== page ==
Russell L. Woods, Ph.D.

Harvard Medical School

Associate Professor of Ophthalmology

Schepens Eye Research Institute of Massachusetts Eye and Ear

Associate Scientist

Research Summary

Center/Research Area Affiliations


Dr. Woods' research primarily focuses on vision impairment and rehabilitation. He is developing and evaluating methods to modify the appearance of video from television, movies, and other formats. He also seeks to understand the visual input to pedestrian mobility and evaluates devices that help restore mobility that is lost due to vision impairment. Recent novel methods include improvements to gaze-contingent display systems and a method to assess the acquisition of sensory information (e.g., can you understand what you see?). Currently, he is developing a method to measure cognitive impairments and testing a novel method of treating visuo-spatial neglect.

Download his CV [PDF] for more information.


BOptom (with honors), University of New South Wales, Australia (1980)
MCOptom, College of Optometrists, UK (1991)
PhD, Visual Science, The City University, UK (1992)

Postgraduate Training

Postdoctoral Fellow (vision science), Queensland University of Technology (1992-1995)
Research Fellow (vision science), Glasgow Caledonian University (1996)
Research Associate (vision rehabilitation), Schepens Eye Research Institute of Mass. Eye and Ear (1999-2001)


Research Interests

  • Vision impairment and rehabilitation

Vision Impairment

Central vision impairment is the most common vision impairment in developed countries due to the prevalence of age-related macular degeneration. It causes problems with reading, facial recognition, and watching television. Dr. Woods has investigated factors that may impair reading performance, and he has evaluated the potential benefits of electronically displayed reading material. Video (digital moving images)—whether from the television, computer, or mobile device—are a common source of entertainment and information. Therefore, Dr. Woods is evaluating methods to modify the appearance of videos in the hope that it will help people with vision impairments.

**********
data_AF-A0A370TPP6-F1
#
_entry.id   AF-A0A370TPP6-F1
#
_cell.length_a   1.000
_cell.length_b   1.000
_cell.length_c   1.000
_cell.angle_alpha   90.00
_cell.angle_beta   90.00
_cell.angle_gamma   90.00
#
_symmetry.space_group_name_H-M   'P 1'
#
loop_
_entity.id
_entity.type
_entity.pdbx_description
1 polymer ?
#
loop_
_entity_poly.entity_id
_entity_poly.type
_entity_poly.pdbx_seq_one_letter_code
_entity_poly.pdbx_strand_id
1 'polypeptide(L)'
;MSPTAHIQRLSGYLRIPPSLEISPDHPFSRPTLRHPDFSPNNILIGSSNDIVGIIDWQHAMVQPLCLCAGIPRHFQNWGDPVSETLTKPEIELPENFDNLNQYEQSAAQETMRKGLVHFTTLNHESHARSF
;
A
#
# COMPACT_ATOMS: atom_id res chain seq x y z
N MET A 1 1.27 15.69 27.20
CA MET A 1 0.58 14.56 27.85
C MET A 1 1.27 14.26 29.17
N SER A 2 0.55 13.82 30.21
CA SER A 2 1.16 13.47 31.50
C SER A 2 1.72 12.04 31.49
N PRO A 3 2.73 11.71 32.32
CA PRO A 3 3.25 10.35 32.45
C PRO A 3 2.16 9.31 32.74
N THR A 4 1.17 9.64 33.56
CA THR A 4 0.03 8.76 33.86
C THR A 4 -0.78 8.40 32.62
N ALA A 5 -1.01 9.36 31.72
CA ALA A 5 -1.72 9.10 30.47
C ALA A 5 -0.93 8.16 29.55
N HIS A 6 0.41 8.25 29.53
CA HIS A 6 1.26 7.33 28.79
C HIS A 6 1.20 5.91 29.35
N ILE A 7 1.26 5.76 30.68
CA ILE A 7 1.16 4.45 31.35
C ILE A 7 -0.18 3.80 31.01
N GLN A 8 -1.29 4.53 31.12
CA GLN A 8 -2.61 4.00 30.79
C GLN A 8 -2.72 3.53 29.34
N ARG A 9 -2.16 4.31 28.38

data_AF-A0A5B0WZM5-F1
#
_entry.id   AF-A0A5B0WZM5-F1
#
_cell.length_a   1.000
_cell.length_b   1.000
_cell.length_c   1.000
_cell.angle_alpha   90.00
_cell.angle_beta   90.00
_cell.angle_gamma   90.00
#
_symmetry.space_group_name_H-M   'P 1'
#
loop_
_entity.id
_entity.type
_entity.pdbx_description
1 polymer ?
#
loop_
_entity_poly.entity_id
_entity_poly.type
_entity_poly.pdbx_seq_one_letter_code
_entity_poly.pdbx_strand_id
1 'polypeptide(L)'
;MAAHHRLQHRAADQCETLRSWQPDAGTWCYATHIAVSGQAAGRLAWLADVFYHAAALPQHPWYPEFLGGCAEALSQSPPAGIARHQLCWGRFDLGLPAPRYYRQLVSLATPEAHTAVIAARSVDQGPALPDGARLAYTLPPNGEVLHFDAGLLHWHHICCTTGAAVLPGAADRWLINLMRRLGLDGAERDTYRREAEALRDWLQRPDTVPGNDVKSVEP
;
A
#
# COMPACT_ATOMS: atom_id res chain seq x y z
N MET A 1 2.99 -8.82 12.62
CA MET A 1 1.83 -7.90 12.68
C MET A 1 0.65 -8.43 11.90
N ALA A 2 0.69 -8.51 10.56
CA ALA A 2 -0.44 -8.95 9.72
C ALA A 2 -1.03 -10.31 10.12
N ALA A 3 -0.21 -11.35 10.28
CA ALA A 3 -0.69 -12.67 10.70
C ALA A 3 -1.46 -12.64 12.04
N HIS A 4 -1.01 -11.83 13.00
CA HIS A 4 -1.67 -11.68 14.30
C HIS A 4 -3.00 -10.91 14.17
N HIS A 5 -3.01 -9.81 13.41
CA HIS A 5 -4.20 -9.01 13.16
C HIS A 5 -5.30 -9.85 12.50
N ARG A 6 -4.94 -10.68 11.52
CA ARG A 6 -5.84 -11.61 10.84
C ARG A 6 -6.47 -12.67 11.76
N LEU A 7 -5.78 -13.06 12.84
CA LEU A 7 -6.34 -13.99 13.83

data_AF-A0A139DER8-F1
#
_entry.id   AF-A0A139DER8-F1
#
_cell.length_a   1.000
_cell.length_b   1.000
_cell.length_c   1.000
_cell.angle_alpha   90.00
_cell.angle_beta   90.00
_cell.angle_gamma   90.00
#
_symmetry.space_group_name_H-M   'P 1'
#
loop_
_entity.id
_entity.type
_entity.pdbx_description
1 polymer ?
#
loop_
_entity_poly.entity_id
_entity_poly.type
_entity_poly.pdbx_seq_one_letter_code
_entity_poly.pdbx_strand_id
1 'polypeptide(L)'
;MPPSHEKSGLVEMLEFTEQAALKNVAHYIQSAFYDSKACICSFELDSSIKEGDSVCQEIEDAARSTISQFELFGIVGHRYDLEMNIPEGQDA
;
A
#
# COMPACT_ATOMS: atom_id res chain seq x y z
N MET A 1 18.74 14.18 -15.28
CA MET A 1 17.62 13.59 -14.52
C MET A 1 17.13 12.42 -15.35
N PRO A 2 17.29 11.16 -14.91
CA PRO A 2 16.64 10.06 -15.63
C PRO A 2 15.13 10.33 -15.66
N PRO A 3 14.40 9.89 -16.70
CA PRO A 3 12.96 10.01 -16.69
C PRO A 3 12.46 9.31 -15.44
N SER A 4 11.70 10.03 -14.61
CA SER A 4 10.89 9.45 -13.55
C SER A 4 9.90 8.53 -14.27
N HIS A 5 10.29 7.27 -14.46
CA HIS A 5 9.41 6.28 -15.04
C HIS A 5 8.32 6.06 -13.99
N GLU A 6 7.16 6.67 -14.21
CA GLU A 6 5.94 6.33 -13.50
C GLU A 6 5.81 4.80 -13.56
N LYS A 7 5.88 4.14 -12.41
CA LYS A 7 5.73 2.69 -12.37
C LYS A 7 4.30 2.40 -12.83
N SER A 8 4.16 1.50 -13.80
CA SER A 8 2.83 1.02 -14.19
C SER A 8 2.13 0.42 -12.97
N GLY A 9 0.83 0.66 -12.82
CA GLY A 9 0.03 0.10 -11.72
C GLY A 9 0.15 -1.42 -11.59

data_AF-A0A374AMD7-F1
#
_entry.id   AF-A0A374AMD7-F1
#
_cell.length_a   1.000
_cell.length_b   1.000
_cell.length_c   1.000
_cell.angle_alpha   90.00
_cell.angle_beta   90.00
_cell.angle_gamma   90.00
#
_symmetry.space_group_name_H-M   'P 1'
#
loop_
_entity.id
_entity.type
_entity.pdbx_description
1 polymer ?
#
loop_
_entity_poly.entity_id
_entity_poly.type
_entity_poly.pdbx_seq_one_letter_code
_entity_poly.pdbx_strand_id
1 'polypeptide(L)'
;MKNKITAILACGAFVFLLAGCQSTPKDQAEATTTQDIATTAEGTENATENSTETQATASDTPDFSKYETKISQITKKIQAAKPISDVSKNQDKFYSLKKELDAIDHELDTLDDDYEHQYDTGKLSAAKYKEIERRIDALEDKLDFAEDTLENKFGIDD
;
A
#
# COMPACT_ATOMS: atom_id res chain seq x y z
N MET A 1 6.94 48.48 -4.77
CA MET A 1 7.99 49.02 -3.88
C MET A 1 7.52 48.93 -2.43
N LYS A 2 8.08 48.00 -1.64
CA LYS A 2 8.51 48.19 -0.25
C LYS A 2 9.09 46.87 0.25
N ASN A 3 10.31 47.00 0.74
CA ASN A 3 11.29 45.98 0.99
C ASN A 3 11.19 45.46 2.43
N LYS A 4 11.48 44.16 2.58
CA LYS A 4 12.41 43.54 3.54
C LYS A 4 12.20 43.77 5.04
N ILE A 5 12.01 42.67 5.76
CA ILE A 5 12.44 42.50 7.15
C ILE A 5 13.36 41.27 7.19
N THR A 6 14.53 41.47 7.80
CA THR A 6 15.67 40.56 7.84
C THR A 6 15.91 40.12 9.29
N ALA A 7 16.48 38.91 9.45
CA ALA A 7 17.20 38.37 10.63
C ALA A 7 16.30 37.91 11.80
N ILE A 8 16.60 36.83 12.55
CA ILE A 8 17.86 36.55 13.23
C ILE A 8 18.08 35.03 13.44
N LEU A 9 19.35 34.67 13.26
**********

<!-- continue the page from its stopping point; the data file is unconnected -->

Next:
Restriction of the visual fields (extent of vision) is the major factor that causes reduced mobility among people with visual impairments. If you have no visual field (blind) or a severely restricted visual field ("tunnel vision"), then orientation and mobility is not easy. However, it is not clear whether all parts of the visual field contribute equally to our ability to move safely and efficiently through the environment, nor at what level of deficit people would benefit from rehabilitation (e.g., orientation and mobility training). Therefore, Dr. Woods conducts studies to understand the visual input to mobility. In addition, devices that restore lost vision are evaluated. Mobility studies include assessments of basic vision (i.e., how the visual system works), how people move through the real world and through virtual worlds (e.g., a simulated shopping mall), and how that relates to quality of life.

Helping Clinician Use and Evaluate Tests

Dr. Woods has shown how a simple clinical measurement of contrast sensitivity (the ability to detect objects of low contrast) can be used as a screening test for ocular disease among older people. Clinical grading allows clinicians to compare the status of one patient between practitioners and across time with greater precision than the use of descriptive words, such as "slight" or "severe." Dr. Woods proposed a numeric system that could be used across a wide variety of clinical conditions and appearances. Since then, he has evaluated the use of these grading scales in a series of small studies.

Current Research Funding

NIH/National Eye Institute EY027882
Impact of peripheral islands in the visual field on functional ability in patients with retinitis pigmentosa



29 (Google Scholar, as of May 2017)

Selected Publications

Dr. Woods has published more than 70 peer-reviewed articles and 20 peer-reviewed conference proceedings. Below is a list of selected publications. View his publications on PubMed.

  1. Saunders DR, Bex PJ, Rose DJ, Woods RL. Measuring information acquisition from sensory input using automated scoring of natural-language descriptions. PLoS One. 2014;9(4): e93251.
  2. Delori F, Greenberg J, Woods RL, Fisher J, Duncker T, Sparrow J, Smith RT. Quantitative measurements of autofluorescence with the scanning laser ophthalmoscope. Invest Ophthalmol Visual Sci. 2011;52(13): 9379-9390.
  3. Lovie-Kitchin JE, Soong GP, Hassan SE, Woods RL. Visual field size criteria for mobility rehabilitation referral. Optom Vision Sci. 2010;87(12): E948-E957.
  4. Hassan SE, Lovie-Kitchin JE, Woods RL. Vision and mobility performance of subjects with age-related macular degeneration. Optom Vision Sci. 2001;79(11): 697-707.
  5. Woods RL, Bradley A, Atchison DA. Monocular diplopia caused by ocular aberrations and hyperopic defocus. Vision Res. 1996;36(22): 3597-3606.